Dallas Women’s March 2018

David Clanton

Arriving an hour early for the Dallas Women’s March, David and I found a spot in the parking lot of St. Paul United Methodist Church, where thousands of women, woke men, and children were gathering. As at the Austin Women’s March I participated in last year, the diverse crowd at this year’s Dallas Women’s March included various ages, genders, races, gender identities, religions, and abilities.



Colette, Akira, Nikko, and Zayden Numajiri





Amy Martin

Another advantage of arriving early was time to see friends, make new friends, and take pictures of people holding creative, colorful signs. Some of my favorite signs: Painting of Our Lady of Guadalupe with “We Are Sacred” on the other side of the sign; “Tried to bury us, did not know we were seeds”;  “Time’s Up! Women’s Rights=Human Rights”; “Trust Women”; “Code Pink: Women for Peace”; “Unlearn Racism”; “Rise, Resist”; “This Great-Grandma and her friends are persistent and we vote”; “Feminism is the radical notion that women are human.” I was delighted to connect with Amy Martin, Carolyn Henson, Pam Reinke-Walter, Ed and Amy and Penelope Meier, Rabbi Nancy Kasten (see her powerful blessing later in this blogpost), and other activist friends. And I finally found Colette, Akira, Zayden, and Nikko Numajiro, wonderful friends and colleagues in New Wineskins Feminist Ritual Community.

Carolyn Henson and daughter, Cammy Henson Dunford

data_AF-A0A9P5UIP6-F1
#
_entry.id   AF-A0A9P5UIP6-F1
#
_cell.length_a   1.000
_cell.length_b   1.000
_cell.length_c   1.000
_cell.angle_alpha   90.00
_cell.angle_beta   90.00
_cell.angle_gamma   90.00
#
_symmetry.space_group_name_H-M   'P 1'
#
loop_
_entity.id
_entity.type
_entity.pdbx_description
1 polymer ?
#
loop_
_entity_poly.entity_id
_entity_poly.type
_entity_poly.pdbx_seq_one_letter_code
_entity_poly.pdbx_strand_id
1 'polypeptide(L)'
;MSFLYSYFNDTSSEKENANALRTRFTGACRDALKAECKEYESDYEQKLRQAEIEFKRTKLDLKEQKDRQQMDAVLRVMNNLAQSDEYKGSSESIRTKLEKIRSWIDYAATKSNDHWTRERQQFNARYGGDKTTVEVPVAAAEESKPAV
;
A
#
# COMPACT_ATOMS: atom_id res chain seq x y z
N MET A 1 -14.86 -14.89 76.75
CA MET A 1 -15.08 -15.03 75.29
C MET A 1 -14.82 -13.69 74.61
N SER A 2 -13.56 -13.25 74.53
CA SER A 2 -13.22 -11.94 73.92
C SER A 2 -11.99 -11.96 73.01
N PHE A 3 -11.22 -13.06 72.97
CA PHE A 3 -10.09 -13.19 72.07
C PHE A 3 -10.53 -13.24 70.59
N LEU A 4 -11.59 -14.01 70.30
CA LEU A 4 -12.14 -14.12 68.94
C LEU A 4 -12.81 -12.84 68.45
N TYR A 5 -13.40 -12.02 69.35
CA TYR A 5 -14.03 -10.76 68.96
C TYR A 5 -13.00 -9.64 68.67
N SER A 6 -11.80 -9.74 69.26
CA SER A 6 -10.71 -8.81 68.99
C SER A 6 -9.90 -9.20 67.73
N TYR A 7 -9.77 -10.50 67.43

Florence Quillin, and daughter, Laura Olivo

Isabel Docampo, wearing her “Nevertheless She Preached” shirt

I’d planned to meet Florence Quillin and Isabel Docampo, also great friends and colleagues in New Wineskins and Equity for Women in the Church. We kept texting back and forth, but in the sea of people we couldn’t find each other.












On the march we moved slowly along, taking almost an hour for the large crowd of people—some in wheelchairs, some on walkers, and some in baby strollers—to go a mile. Everyone was peaceful and kind and polite. Along the way we chanted and sang. The most popular chant was:
“Tell me what democracy looks like; this is what democracy looks like.”

Other chants included:
“Women, united, will never be divided!”
“When women are under attack, what do we do? Stand up and fight back!”
Refugees are here to stay! Welcome them in every way!”
“Don’t give in to racist fears; immigrants are welcome here!”
“Child care, health care, education: women fight for liberation!”
“C’mon, c’mon, join the fight: equal pay is a basic right!”
“1, 2, 3, 4, Patriarchy has to go! 5, 6, 7, 8, Women’s rights are at stake”
“We’re women, say it loud. We vote and we’re proud!”

The focus of the 2018 Dallas Women’s March, joining hundreds of thousands in marches around the nation and world, was preserving and expanding our democracy. One of the slogans was: “Last year we marched, this year we run.” Many women and feminist men running for office participated in this year’s Dallas Women’s March, and many signs, like “Power to the Polls,” encouraged everyone to vote. One of the purposes of this second march was to get people to the polls. This year’s march was also energized by the “MeToo” and “Time’s Up!” movements to stop sexual harassment and sexual assault.

At the rally at Pike Park, the crowd responded with enthusiasm to the diverse group of speakers. All the speakers challenged women and everyone else to vote, as well to advocate for women’s rights and other justice issues.